Justin Bieber sells music rights for $200 million

NEW YORK — Pop juggernaut Justin Bieber has sold his music publishing and recording catalog shares to Blackstone-backed Hipgnosis Songs Capital for $200 million, the company announced Tuesday — marking the latest deal to industry success rights.

The sale has been rumored for weeks and sees the 28-year-old join a who’s who of artists who have recently cashed in their catalogues.

Hipgnosis has not publicly disclosed the terms of the deal, but a source familiar with the matter told AFP it was worth around $200 million.

Contemporary stars such as Justin Timberlake and Shakira have sold large stakes in their work – the two have also struck deals with Hipgnosis – but this move has mostly been seen with legacy artists like Bob Dylan and Bruce Springsteen.

The staggering sums – Springsteen’s catalog went to Sony for half a billion dollars – are considered safe bets both for older artists who are getting their finances in order and for investors who can count. on consistent returns from proven music and the viability of streaming. .

Younger catalogs are seen as riskier territory, but Bieber is one of the best-selling artists of all time, and now Hipgnosis has its share in some of the biggest hits of the 21st century, including “Baby” and ” Sorry”.

Hipgnosis Songs Capital is a $1 billion venture between financial giant Blackstone and Britain’s Hipgnosis Song Management.

Under the deal, Hipgnosis acquired Bieber’s copyright to his 290-song catalog — all of his music released before Dec. 31, 2021 — including his writer’s share.

This also includes his artist rights to his lucrative master recordings as well as neighboring rights royalties – a right that sees its owner receive payment each time a song is performed publicly.

But while Hipgnosis will receive the revenue, Bieber’s longtime home of Universal will continue to administer the catalog, Variety reported.


After the Canadian native was discovered on YouTube as a teenager, Bieber rose to worldwide fame, selling over 150 million records.

He has scored eight number-one records on Billboard’s Top Albums list, and his songs have been streamed on Spotify more than 32 billion times.

“Justin Bieber’s impact on global culture over the past 14 years has been truly remarkable,” Hipgnosis chief Merck Mercuriadis, a longtime music industry executive, said in a statement.

“At just 28 years old, he is one of a handful of defining artists in the streaming era that revitalized the entire music industry, taking a loyal, global audience with him on a journey of phenomenon. teenager to culturally significant artist.”

Bieber’s health has suffered recently as the star halted his tour indefinitely after revealing he had been diagnosed with Ramsay Hunt Syndrome, a rare complication of shingles that caused him partial facial paralysis.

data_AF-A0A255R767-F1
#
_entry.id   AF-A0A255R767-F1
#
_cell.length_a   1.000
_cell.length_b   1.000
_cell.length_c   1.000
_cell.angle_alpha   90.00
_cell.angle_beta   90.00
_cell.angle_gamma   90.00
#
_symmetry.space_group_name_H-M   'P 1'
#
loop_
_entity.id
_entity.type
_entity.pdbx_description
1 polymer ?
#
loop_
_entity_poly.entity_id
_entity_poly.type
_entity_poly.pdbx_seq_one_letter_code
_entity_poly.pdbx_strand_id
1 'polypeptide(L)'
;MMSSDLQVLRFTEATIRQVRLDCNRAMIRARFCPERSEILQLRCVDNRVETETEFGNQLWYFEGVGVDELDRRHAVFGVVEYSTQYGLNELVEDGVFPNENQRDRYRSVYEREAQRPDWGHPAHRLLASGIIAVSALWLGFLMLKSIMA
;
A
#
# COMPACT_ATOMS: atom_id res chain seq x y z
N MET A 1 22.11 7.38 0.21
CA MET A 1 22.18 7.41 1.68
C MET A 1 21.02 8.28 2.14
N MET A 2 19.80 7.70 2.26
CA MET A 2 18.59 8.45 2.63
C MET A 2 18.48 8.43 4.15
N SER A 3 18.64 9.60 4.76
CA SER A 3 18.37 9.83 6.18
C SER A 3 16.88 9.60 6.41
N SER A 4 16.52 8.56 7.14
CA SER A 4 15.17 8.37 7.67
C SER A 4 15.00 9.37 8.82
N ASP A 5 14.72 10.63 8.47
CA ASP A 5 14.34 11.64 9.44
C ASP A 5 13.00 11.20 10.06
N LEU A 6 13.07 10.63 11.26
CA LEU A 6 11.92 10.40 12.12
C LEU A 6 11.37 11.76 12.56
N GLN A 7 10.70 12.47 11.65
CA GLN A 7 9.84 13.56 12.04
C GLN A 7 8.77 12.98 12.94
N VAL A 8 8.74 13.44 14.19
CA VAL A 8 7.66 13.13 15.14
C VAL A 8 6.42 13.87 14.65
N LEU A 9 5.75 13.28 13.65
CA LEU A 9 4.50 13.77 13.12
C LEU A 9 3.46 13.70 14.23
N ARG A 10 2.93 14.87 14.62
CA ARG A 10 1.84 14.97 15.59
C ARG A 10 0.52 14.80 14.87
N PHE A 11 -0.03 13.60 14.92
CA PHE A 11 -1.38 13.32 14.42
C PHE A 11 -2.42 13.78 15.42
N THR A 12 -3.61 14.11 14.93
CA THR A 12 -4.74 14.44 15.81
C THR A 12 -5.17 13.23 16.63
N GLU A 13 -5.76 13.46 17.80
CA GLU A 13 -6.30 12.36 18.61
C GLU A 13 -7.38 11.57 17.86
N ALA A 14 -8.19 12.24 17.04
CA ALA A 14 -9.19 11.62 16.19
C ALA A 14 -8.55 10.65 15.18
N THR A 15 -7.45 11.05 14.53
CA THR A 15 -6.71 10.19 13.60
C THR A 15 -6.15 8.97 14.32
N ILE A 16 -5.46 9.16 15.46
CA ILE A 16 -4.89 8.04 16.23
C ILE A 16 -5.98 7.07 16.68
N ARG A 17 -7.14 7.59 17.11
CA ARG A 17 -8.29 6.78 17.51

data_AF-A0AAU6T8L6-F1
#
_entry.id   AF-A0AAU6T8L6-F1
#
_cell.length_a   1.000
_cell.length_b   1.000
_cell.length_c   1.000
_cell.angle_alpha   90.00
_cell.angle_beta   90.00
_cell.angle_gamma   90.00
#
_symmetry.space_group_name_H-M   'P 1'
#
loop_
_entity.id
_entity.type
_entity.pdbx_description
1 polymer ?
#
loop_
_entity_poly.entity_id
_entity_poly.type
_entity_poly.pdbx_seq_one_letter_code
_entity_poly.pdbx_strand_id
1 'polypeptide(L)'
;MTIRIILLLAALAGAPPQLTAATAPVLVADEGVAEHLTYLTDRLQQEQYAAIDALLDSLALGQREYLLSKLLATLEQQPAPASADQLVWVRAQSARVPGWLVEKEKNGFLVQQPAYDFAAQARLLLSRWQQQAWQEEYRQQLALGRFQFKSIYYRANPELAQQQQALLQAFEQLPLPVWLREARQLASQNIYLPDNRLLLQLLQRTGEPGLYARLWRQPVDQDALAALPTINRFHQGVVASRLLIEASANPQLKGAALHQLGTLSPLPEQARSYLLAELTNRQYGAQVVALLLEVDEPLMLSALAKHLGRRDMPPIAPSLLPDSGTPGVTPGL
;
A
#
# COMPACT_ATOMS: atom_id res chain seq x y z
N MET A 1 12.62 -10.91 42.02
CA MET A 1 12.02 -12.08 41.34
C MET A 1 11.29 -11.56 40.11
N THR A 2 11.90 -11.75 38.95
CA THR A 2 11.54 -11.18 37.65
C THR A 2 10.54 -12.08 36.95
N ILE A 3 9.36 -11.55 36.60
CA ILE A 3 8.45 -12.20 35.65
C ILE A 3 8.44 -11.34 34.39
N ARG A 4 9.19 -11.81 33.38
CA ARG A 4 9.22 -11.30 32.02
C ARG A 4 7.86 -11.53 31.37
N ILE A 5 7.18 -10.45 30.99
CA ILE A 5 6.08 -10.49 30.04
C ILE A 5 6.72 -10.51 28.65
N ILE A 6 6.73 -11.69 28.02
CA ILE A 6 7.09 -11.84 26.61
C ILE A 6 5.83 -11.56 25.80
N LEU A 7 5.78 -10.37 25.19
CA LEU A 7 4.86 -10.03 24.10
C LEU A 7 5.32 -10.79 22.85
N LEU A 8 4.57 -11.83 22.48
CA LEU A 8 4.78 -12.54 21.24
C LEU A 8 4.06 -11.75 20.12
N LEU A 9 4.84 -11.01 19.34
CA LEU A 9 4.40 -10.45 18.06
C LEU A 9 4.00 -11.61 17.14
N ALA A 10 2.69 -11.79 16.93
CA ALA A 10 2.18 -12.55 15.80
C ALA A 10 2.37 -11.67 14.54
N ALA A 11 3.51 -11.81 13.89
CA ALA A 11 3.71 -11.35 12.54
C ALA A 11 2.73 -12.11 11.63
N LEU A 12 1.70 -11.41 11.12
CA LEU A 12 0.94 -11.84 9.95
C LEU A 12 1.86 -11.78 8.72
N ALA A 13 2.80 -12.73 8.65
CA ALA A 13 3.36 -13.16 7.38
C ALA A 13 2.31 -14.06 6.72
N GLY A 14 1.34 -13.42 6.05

Lucrative asset class

Music catalogs have always changed hands, but the current publishing sales boom has accelerated rapidly as financial markets have increasingly been drawn to lucrative music portfolios as an asset class.

Mercuriadis’ Hipgnosis, which went public on the London Stock Exchange in 2018, played a big role in publicizing the surge in sales.

The sector had seemed to cool over the past year, but the Bieber deal shows that investors are still hungry for music acquisitions.

Besides Springsteen and Dylan, major deals in the industry included work by Sting, Stevie Nicks, Paul Simon, Motley Crue, The Red Hot Chili Peppers, and estates of David Bowie and Leonard Cohen.

Owners of a song’s publishing rights receive a discount in a number of scenarios, including radio play and streaming, album sales, and use in advertising and film. Recording rights govern reproduction and distribution.

The flurry of sales came amid a broader conversation about artist ownership of the work, amplified in large part by Taylor Swift, who found resounding success re-recording her first six albums so she could control their master registration rights.

The move stems from Swift’s very public feud with Scooter Braun, the music executive whose company once owned its original masters, and later sold them to investment firm Shamrock Holdings.

Braun has been Bieber’s manager for 15 years, and in a statement he said “When Justin made the decision to enter into a catalog deal, we quickly found the best partner to preserve and grow this incredible legacy was Merck and Hipgnosis”.

“Justin is truly a once-in-a-generation artist and that is reflected and recognized by the magnitude of this deal.” — France Media Agency

Justin Bieber sells music rights for $200 million

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